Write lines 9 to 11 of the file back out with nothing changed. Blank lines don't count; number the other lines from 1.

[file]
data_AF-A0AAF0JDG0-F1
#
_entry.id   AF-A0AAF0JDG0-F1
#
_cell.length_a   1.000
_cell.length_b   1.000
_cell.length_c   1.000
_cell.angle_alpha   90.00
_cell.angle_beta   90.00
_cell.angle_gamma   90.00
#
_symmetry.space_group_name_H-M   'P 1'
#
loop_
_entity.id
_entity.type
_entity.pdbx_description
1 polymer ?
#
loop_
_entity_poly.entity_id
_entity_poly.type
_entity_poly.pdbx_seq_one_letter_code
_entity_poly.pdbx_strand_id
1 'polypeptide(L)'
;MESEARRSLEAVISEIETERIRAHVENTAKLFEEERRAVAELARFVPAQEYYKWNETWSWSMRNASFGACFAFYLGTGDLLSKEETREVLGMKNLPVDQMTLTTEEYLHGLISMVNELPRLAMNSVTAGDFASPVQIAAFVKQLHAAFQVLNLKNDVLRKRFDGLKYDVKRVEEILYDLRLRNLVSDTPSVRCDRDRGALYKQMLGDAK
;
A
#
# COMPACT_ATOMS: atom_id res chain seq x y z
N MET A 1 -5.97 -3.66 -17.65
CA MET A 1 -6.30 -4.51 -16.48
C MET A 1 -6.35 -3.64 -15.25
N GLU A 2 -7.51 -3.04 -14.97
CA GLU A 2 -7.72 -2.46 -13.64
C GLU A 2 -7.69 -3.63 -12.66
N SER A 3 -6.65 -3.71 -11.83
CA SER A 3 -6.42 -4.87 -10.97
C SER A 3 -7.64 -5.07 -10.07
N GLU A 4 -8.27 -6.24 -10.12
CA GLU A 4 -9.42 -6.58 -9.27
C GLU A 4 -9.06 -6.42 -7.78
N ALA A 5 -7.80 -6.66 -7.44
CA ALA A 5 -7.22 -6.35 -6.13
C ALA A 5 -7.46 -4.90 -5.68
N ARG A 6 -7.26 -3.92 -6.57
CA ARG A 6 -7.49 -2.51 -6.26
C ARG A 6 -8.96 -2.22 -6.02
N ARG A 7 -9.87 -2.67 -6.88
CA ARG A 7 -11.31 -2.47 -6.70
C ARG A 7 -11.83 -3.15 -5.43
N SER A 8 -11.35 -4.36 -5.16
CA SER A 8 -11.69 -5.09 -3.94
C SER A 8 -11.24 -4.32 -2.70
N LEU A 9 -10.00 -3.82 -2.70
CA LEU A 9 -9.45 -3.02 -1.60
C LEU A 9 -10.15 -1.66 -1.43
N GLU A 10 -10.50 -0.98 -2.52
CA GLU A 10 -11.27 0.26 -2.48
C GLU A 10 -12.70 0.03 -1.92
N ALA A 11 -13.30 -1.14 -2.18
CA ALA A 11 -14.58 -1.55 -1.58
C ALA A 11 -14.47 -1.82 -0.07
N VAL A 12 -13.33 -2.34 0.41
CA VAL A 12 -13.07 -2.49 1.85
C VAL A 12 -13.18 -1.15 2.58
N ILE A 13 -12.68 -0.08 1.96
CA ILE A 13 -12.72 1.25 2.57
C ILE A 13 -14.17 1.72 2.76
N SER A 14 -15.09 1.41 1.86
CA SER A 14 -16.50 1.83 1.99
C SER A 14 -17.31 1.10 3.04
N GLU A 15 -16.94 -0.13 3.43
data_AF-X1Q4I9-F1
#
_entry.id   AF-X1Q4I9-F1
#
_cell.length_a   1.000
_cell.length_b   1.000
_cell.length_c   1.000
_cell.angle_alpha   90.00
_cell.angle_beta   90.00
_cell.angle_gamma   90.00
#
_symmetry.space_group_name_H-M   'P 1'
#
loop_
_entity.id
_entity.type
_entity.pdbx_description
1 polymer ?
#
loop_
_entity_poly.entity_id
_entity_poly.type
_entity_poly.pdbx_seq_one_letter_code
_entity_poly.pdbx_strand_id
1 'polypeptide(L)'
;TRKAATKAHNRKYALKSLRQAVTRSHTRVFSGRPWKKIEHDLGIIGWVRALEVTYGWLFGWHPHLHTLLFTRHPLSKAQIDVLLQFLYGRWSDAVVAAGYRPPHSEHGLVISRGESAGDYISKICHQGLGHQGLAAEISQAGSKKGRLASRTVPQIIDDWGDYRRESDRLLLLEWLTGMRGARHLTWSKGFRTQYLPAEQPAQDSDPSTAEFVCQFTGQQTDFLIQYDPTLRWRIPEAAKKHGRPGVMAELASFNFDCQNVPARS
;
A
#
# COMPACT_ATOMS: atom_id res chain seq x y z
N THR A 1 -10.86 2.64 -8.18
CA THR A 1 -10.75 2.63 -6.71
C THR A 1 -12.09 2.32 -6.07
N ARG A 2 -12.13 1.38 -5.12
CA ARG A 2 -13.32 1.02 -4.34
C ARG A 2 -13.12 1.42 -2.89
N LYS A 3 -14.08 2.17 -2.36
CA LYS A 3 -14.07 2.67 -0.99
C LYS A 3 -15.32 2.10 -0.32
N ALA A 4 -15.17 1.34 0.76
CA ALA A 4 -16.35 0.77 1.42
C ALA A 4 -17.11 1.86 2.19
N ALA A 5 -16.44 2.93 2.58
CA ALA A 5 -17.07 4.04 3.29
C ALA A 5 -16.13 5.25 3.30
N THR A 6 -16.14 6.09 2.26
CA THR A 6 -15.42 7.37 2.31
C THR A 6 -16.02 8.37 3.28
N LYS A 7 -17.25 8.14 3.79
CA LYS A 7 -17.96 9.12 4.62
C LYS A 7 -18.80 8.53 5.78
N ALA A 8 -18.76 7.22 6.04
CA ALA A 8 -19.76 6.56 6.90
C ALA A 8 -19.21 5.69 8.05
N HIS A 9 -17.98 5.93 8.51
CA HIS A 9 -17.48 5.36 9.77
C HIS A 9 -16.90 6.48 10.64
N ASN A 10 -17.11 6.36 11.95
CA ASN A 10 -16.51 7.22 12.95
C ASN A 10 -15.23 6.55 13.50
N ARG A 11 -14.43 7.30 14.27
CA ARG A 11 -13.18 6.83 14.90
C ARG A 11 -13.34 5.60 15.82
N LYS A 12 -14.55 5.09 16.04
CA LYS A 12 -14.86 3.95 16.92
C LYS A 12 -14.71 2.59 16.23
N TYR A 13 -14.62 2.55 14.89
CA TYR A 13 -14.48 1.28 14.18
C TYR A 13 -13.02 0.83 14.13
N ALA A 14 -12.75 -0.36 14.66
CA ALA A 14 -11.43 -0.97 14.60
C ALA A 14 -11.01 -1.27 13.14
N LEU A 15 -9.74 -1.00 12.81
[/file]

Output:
_cell.angle_beta   90.00
_cell.angle_gamma   90.00
#